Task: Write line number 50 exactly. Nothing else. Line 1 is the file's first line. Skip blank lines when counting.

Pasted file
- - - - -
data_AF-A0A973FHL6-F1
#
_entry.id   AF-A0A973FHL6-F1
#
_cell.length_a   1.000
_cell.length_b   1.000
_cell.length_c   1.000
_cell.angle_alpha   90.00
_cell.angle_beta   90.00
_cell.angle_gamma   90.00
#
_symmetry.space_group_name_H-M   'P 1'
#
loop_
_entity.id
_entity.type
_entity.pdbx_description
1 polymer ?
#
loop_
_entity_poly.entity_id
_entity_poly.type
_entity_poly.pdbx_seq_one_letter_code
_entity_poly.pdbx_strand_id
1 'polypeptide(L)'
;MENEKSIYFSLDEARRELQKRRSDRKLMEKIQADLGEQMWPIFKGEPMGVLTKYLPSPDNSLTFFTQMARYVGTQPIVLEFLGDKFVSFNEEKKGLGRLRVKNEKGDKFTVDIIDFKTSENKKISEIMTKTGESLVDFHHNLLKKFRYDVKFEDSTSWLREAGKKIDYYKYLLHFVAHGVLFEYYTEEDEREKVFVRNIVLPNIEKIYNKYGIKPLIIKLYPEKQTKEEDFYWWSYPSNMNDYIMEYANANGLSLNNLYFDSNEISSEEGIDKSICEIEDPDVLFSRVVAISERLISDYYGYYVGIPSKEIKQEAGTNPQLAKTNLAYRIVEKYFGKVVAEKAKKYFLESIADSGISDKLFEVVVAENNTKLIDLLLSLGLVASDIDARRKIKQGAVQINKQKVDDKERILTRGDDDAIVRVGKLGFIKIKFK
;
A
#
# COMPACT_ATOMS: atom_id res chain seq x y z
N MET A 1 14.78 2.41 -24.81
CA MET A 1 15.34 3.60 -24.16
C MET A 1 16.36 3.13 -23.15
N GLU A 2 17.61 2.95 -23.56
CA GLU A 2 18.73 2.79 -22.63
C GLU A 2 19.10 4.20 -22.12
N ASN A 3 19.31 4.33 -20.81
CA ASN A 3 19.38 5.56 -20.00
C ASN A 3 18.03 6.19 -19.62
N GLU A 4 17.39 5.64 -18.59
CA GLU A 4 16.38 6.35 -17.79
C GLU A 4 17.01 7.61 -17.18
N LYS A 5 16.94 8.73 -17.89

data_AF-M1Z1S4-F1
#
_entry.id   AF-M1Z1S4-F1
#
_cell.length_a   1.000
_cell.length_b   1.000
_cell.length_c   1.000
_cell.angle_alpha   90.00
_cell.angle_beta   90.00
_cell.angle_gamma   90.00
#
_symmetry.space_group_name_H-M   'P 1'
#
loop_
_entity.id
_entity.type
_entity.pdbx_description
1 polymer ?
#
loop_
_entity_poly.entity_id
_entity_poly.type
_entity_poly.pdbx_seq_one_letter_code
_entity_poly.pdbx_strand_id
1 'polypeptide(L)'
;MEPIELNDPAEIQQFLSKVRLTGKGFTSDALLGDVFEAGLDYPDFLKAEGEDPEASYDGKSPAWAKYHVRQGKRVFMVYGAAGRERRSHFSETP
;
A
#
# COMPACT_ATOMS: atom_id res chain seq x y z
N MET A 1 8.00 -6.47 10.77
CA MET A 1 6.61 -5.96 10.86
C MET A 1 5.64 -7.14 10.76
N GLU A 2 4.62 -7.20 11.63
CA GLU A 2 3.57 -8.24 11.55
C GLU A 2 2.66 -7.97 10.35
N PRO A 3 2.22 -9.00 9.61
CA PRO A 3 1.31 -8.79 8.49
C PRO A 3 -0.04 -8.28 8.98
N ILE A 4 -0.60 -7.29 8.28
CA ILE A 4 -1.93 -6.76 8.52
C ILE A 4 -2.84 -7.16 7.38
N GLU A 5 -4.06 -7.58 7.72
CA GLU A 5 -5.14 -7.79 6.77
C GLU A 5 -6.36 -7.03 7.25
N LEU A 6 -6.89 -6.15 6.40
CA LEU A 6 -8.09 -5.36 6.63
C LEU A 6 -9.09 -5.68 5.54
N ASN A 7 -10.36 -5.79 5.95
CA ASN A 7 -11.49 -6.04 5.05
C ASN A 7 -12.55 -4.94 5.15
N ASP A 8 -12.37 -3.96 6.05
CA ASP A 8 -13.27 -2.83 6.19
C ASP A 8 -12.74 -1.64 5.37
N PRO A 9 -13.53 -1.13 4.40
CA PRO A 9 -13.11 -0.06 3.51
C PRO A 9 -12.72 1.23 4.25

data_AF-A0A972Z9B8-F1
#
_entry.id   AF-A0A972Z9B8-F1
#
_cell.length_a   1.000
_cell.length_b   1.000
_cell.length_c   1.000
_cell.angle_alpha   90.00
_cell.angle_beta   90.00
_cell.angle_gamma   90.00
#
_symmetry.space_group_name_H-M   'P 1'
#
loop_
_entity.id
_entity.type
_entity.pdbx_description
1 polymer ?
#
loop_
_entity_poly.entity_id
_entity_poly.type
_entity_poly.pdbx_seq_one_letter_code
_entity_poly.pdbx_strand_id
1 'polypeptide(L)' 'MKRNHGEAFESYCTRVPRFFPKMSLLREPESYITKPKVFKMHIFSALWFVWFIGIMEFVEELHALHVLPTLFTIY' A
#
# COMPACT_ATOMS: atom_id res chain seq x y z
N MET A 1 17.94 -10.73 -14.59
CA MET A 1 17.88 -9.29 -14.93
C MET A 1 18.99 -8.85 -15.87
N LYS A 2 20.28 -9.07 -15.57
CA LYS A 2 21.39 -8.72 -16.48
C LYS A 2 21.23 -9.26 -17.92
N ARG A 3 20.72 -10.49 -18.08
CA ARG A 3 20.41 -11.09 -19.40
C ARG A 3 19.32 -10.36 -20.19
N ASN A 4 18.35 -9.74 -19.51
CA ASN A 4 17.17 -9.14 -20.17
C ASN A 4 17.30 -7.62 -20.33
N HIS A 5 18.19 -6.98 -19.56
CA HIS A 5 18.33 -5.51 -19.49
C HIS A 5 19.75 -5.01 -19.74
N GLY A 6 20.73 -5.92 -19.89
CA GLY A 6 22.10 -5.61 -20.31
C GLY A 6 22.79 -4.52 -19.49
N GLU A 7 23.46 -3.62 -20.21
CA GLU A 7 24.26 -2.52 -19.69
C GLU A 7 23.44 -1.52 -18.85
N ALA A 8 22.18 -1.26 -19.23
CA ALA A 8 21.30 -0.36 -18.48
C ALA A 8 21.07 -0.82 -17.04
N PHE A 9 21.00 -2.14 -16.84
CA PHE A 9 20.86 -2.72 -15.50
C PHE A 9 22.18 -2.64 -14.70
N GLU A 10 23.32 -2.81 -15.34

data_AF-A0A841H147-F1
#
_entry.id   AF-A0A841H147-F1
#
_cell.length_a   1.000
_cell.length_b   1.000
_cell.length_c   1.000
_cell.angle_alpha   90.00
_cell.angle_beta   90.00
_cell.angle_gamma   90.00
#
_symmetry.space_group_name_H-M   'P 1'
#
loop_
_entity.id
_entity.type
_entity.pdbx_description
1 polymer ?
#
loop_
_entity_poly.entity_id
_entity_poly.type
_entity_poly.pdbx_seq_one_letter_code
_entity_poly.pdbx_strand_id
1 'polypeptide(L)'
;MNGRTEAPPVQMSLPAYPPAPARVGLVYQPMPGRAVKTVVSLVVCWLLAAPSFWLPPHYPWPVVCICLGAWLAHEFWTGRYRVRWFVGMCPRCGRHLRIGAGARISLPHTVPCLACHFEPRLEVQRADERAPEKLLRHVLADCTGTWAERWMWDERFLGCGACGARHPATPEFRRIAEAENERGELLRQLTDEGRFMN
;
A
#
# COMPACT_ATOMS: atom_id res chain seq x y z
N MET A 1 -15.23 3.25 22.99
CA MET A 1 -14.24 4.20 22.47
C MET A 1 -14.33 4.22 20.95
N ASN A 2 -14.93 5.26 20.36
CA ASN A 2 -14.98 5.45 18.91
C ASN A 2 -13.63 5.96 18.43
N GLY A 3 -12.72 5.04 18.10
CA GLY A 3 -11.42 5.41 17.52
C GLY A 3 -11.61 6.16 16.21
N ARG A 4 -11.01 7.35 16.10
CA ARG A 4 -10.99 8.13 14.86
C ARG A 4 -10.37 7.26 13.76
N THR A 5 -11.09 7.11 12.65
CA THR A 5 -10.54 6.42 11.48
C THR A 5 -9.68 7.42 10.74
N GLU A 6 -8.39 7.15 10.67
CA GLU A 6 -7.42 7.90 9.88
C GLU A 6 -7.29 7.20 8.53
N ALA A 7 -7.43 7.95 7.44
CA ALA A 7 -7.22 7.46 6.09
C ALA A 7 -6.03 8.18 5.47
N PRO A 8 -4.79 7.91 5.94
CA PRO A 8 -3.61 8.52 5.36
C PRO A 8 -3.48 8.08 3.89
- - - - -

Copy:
_cell.length_c   1.000